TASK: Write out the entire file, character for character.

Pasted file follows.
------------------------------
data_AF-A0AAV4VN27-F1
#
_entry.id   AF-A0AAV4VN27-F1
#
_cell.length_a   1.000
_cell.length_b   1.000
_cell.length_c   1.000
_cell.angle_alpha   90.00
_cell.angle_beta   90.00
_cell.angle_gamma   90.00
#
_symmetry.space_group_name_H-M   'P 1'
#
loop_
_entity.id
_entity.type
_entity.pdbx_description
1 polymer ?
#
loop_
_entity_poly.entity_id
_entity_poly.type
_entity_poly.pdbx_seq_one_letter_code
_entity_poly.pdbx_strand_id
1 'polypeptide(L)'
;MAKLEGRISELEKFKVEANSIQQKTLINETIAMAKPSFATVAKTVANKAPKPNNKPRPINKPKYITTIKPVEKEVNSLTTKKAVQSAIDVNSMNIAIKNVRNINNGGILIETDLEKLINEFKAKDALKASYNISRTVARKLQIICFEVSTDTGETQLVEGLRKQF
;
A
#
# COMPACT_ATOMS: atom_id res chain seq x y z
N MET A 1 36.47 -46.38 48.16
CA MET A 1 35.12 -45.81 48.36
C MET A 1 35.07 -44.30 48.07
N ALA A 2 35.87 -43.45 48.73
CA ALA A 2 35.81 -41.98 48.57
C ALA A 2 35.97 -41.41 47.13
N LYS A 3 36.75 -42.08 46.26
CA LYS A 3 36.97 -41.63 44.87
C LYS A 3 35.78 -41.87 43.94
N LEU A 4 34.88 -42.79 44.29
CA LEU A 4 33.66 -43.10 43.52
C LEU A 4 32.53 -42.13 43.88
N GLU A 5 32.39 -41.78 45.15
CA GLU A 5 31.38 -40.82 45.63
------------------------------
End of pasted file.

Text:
data_AF-A0AAV4VN27-F1
#
_entry.id   AF-A0AAV4VN27-F1
#
_cell.length_a   1.000
_cell.length_b   1.000
_cell.length_c   1.000
_cell.angle_alpha   90.00
_cell.angle_beta   90.00
_cell.angle_gamma   90.00
#
_symmetry.space_group_name_H-M   'P 1'
#
loop_
_entity.id
_entity.type
_entity.pdbx_description
1 polymer ?
#
loop_
_entity_poly.entity_id
_entity_poly.type
_entity_poly.pdbx_seq_one_letter_code
_entity_poly.pdbx_strand_id
1 'polypeptide(L)'
;MAKLEGRISELEKFKVEANSIQQKTLINETIAMAKPSFATVAKTVANKAPKPNNKPRPINKPKYITTIKPVEKEVNSLTTKKAVQSAIDVNSMNIAIKNVRNINNGGILIETDLEKLINEFKAKDALKASYNISRTVARKLQIICFEVSTDTGETQLVEGLRKQF
;
A
#
# COMPACT_ATOMS: atom_id res chain seq x y z
N MET A 1 36.47 -46.38 48.16
CA MET A 1 35.12 -45.81 48.36
C MET A 1 35.07 -44.30 48.07
N ALA A 2 35.87 -43.45 48.73
CA ALA A 2 35.81 -41.98 48.57
C ALA A 2 35.97 -41.41 47.13
N LYS A 3 36.75 -42.08 46.26
CA LYS A 3 36.97 -41.63 44.87
C LYS A 3 35.78 -41.87 43.94
N LEU A 4 34.88 -42.79 44.29
CA LEU A 4 33.66 -43.10 43.52
C LEU A 4 32.53 -42.13 43.88
N GLU A 5 32.39 -41.78 45.15
CA GLU A 5 31.38 -40.82 45.63